X-Men 3:

Bryan Singer's legacy is a hard thing to compete with. X-Men and X-Men 2 were both superb films, upping the standard for both action films and comic book movies. But now, it seems, the franchise is at an end.

The Last Stand is billed as the final "proper" X-Men film. This means that this is the last time that Storm, Cyclops, Wolverine and Magneto will all appear in the same film together. But plans are already going ahead for a Wolverine film, and, as long as it is done as well as this trilogy, then all well and good.

All of which brings me to The Last Stand. It's a difficult thing. On the one level I found myself utterly engrossed and loving every minute. But, sadly, there was a tinge of disappointment lurking in the back of my mind. Brett Ratner seems to have done a fine job of putting together a film abandoned by its original director. It can't be an easy thing to do, and fair enough to the man, he has stepped into some very big shoes, and, with the aid of a little bit of extra stuffing, just about got them to fit. With thick socks.

So, to come to the point. In terms of action and hi-jinks, this film is a knockout. A visual feast, full of grand settings and impossible scenarios - take Magneto's moving of the Golden Gate Fridge ... er, sorry, Bridge, as an example. The word "Epic" springs to mind, and not just because I am a Faith No More fan either. Beast, played by Kelsey Grammar, looks uncannily like the Beast depicted in the comics, a big furry blue man, hanging from the ceiling, whilst reading a book. Well, fair enough, but why don't his glasses fall off? Jackman does his thing in his usual way; Stewart is sadly underused, and Berry actually gets to speak in sentences. It's the first time that Storm has not been just a one-trick, two-dimensional character with a bad wig. This time around, she is distinctly 3D and has been entrusted with proper dialogue. But she still has a bad wig. Which is nice.

Yummy Famke gets something of a raw deal. Besides a few vital scenes early on, she does very little. Just stands around looking slightly miffed, as if someone's just nicked her favourite pair of shoes.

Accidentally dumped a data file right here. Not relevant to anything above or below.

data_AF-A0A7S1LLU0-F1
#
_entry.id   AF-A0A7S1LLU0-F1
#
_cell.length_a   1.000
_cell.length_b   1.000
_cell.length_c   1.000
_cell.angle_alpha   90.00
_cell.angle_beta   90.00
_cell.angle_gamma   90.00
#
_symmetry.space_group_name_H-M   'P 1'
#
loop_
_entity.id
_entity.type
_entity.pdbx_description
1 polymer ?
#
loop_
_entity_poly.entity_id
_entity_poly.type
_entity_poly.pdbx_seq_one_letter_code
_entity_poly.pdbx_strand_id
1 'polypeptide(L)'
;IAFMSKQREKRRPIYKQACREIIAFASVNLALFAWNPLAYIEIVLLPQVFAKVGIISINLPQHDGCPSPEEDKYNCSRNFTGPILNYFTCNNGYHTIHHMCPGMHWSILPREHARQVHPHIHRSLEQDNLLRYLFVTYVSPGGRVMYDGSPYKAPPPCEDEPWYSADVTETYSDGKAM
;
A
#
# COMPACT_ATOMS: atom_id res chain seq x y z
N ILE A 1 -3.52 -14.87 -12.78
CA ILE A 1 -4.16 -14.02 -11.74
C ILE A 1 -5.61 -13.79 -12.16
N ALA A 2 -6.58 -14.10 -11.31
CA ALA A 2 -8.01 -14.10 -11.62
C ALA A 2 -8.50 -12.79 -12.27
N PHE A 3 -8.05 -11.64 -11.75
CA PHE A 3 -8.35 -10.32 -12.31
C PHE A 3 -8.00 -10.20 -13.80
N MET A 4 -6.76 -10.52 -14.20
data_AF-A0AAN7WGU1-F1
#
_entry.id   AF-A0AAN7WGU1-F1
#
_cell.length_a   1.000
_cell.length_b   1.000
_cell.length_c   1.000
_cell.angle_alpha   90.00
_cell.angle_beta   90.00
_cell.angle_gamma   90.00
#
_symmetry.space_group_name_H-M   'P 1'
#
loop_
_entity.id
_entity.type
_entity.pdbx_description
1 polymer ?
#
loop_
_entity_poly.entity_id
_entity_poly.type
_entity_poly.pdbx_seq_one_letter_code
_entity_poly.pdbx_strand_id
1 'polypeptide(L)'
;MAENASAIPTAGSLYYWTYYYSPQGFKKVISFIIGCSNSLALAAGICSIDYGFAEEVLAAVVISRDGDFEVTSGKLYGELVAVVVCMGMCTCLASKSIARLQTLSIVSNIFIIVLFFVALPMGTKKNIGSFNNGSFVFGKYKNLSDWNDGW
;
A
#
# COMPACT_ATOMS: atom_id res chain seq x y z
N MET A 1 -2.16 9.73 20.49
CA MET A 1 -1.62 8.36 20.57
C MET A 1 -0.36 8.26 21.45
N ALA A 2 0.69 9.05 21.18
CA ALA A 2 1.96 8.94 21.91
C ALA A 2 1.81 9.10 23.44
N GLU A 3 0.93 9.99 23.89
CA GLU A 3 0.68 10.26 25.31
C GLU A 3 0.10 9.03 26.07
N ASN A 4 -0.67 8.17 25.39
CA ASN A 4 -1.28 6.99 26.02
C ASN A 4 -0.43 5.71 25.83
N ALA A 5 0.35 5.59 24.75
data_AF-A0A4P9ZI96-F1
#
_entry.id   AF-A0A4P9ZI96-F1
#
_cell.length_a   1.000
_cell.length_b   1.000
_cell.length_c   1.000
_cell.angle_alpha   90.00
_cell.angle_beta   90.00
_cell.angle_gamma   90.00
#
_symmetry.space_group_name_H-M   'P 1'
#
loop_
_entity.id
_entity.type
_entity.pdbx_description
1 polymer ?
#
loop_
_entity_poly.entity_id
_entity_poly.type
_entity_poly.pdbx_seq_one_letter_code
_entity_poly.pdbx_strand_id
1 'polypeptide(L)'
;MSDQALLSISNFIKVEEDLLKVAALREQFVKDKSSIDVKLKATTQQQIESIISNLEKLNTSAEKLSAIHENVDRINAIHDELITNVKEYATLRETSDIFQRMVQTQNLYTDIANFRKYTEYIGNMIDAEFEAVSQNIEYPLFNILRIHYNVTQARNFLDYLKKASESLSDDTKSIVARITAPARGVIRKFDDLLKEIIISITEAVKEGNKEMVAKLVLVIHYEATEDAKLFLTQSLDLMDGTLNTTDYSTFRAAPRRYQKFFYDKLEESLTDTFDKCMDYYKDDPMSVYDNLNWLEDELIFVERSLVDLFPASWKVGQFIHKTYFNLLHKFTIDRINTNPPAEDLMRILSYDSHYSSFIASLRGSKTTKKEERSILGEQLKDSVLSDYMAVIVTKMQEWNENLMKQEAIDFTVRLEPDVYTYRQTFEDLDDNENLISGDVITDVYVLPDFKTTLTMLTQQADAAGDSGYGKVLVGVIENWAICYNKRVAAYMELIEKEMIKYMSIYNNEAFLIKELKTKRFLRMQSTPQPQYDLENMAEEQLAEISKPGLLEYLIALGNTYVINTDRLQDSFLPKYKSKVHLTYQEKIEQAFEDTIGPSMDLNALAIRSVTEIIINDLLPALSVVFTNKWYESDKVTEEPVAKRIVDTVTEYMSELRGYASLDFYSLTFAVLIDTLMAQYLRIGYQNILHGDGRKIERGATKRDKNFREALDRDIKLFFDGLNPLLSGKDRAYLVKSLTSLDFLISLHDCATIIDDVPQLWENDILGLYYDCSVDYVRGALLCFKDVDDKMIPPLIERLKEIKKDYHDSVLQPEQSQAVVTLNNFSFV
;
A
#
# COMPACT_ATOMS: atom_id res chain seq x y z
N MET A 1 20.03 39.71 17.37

The problems come with the script. There is too much going on to be contained within the short space of 100 minutes, or however long it is. A plethora of new characters are sprung onto the screen. It is, without doubt,  a visual feast. But some of these seem to have been tagged onto the story for no real purpose. Did they really need to put Juggernaut in? And did he have to be played by the ridiculous Vinnie Jones? The man cannot act. I mean, admittedly, he does not have to do too much thespian stuff, just running into walls and head-butting things. He reminds me of Ram Man from Masters of the Universe. Just without the eloquence. Or the diction. Or, in fact, the springy legs.  

In the first two films, most of the characters had a fair crack of the whip. Origins and motivations were explored and it was not all wham, bam, thank you Ma'am. The first film provided a bench-mark for superhero films. Gone was the mindless action and lack of story seen in dreadful films such as Judge Dredd. From this point on, it became clear that for the comic-book to translate well onto screen, it had to have a serious and believable emotional content, something located in reality. The audience had to identify with these characters in a way that they had not before. And so along came Spiderman, which, ostensibly, is a story of a teenage boy trying to get the attention of the seemingly unattainable girl. With X-Men it all centred on Wolverine, Rogue, Magneto and Professor X.

The second film carried this on brilliantly. But this third installment leaves explanation at the way-side.  Why has Jean Grey / Phoenix taken two years to come back. Where has she got the hair dye and that very maroon / flame coloured wardrobe? Was it at the bottom of Alkali Lake? Was it perhaps what she'd been up to for the last couple of years? Lying at the bottom of the lake, knitting and sewing some groovy new garments.

Who knows.

The film is a lot of fun. It just does not have the depth of the first two (no lame jokes about Jean Grey being out of her depth at the bottom of Alkali Lake here, thank you). And what a waste of Famke? Just standing there, angry, and with no real dialogue for the back end of the film. A terrible waste.

But if there is one good thing to be said, it is that the trilogy has the cunning to ensure that a full-blown follow-up will not be in the offing. Sure, there will be films about Wolverine, and maybe even Storm. But with so many characters killed by the end of the film - and quite rightly - there is no way that studio bosses with pound signs in their eyes can continue a watered-down version of the franchise until it all goes a bit Batman and Robin.

If X-Men comes back as a franchise, it will have to be started from year zero. That is a good thing, and something that the makers of Spiderman would be well advised to take note of.